Scenes From the Pussy Riot Protests

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New Yorkers gathered on Friday to stand with the Russian punk band convicted of "hooliganism"

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(Chauncey Hollingsworth)

Protesters took to the streets of New York yesterday to decry the two year prison sentence given by a Russian court to three members of the Russian punk/activist collective Pussy Riot on charges of "hooliganism." Starting at the Russian Consulate on the Upper East Side, protesters - many of them wearing homemade brightly colored balaclava-style masks that are a signature of Pussy Riot's look - chanted, marched, and, yes, got arrested.

Some background: Six months ago, five members of the punk/activist collective Pussy Riot stormed an altar at the Christ the Savior cathedral in Moscow to perform an anti-Putin protest song. Wearing heavy boots, colorful dresses and dayglo ski masks, they were removed by security almost immediately but a video quickly surfaced on YouTube of the protest spliced with audio of their "punk prayer." Belted in frantic Russian, its chorus goes, "St. Maria, Virgin, drive away Putin!" Three members of Pussy Riot, Nadezhda Tolokonnikova, Mariya Alekhina and Yekaterina Samutsevich, were arrested and charged with "hooliganism," a crime carrying a penalty of up to seven years in jail. The Russian Orthodox Church has condemned them repeatedly, and though Putin himself said that they "should [not] be judged so harshly for this," the group's supporters and many commentators think that the trial is yet another example of Putin stamping out political opposition. Details of the women's lengthy pre-trial incarceration have bolstered worldwide sympathy for them, including claims that they're sleep-deprived and poorly fed, and the fact that two of them have children whom they've been unable to see since their arrests.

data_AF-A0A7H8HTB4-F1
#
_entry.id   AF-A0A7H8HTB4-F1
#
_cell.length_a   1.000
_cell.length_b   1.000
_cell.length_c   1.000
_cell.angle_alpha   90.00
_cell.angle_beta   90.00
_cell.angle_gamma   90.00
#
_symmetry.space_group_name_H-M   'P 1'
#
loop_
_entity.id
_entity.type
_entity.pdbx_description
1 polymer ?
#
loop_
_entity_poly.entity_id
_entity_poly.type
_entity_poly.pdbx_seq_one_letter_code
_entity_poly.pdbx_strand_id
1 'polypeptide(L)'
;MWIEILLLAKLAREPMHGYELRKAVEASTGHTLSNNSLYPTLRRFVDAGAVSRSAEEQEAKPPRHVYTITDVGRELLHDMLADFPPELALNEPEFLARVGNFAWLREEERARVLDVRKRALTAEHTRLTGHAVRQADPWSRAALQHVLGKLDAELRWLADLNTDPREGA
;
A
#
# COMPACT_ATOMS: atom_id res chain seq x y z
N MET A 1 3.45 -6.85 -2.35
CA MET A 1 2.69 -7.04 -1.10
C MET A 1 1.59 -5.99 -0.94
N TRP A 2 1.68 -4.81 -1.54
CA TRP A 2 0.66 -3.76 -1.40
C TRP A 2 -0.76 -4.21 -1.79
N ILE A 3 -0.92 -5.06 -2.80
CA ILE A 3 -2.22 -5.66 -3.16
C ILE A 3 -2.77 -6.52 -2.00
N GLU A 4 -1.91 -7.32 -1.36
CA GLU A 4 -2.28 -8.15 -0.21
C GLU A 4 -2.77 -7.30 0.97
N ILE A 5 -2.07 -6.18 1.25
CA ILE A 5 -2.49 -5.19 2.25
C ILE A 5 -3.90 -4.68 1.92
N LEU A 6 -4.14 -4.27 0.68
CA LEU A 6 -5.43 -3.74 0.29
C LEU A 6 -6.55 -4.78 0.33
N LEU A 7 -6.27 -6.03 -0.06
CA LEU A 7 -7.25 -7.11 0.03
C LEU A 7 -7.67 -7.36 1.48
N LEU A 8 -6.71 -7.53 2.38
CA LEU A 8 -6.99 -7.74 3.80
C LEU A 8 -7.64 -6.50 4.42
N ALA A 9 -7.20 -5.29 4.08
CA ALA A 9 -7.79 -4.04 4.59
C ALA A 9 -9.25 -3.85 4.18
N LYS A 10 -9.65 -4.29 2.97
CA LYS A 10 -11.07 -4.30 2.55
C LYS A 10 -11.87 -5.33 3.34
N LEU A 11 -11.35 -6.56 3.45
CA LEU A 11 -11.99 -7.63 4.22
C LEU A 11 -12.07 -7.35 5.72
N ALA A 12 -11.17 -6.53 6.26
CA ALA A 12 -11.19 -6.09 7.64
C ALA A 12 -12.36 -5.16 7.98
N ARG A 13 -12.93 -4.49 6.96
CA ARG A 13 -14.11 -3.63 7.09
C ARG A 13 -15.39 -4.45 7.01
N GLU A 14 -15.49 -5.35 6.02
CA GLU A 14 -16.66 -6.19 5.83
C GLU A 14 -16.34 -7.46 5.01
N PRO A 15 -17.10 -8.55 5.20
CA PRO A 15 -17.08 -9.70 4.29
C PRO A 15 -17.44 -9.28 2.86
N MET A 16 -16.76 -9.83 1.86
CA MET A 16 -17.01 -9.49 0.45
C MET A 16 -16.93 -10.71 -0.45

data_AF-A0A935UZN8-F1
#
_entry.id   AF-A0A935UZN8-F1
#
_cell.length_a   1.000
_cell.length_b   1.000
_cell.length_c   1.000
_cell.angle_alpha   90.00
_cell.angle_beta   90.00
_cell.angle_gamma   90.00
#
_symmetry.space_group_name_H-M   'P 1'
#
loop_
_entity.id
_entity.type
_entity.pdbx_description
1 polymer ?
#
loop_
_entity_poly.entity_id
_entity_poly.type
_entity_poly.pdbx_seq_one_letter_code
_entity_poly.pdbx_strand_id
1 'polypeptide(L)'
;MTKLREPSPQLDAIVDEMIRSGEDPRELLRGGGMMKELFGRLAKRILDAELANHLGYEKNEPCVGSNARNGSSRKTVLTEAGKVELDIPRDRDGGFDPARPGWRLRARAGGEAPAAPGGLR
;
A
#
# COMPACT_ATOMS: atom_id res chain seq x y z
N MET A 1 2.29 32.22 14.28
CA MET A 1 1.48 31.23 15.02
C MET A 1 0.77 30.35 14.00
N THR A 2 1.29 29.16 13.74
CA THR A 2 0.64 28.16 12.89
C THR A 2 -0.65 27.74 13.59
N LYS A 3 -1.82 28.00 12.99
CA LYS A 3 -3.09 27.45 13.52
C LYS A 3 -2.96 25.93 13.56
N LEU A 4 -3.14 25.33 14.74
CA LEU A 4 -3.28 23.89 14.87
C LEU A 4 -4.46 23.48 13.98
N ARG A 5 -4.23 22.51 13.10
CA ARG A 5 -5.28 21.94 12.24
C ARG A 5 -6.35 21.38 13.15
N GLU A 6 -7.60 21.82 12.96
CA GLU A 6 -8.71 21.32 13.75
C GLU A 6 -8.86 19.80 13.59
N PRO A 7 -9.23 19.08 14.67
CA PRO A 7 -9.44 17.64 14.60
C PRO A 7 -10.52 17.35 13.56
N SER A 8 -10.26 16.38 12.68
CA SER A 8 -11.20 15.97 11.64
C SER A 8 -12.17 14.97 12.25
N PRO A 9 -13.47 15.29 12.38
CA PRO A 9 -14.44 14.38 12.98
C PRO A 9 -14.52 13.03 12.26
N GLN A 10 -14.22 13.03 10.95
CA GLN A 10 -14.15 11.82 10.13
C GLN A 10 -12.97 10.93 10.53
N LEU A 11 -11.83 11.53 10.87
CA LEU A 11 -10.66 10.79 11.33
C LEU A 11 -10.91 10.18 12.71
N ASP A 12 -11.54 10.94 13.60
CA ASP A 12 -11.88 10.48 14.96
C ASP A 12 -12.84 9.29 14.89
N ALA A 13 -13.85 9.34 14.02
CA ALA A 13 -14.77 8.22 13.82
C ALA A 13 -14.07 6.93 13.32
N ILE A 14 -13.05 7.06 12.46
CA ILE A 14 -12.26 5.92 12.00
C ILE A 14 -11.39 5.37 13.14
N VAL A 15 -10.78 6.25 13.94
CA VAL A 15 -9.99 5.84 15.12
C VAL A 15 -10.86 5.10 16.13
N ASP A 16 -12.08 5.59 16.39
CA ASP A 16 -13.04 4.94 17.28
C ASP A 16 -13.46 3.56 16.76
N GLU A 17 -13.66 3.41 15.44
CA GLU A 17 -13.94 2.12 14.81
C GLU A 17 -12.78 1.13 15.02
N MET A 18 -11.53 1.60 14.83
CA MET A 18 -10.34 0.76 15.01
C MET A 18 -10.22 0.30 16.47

Pussy Riot's cause -- an ongoing, loosely articulated protest against Russian President Vladimir Putin's leadership and the Russian Orthodox Church's support of it -- is the least fascinating thing about them. Rather, it's their mixture of intelligent defiance in the face of overwhelming power, their dynamic energy and reimagined riot grrl style that have ignited a ferocious love for them in the West. They're unashamed and vigorous and cool. No wonder the last generation's stars - Madonna, Peter Gabriel, Björk - have gone to such lengths to support them. Their explosive potency could only be ignited in a place like Russia, where Putin's autocratic style has carried into a third presidential term (Russia's constitution prohibits more than two consecutive terms) and rampant state corruption, crooked billionaire oligarchs and the short lifespans of inquisitive reporters have earned the country a reputation as a mafiocracy. Pussy Riot injects new life into punk rock, making it seem real again. When was the last time a Rage Against the Machine song sounded relevant?

Speaking in Times Square where the protest migrated after mid-day, Thadaus Umpster, a member of the anarchist group In Our Hearts, described six people arrested earlier, including two men carrying a banner in the street in front of the consulate, a third who stopped his bicycle in the bike lane, and three women wearing masks.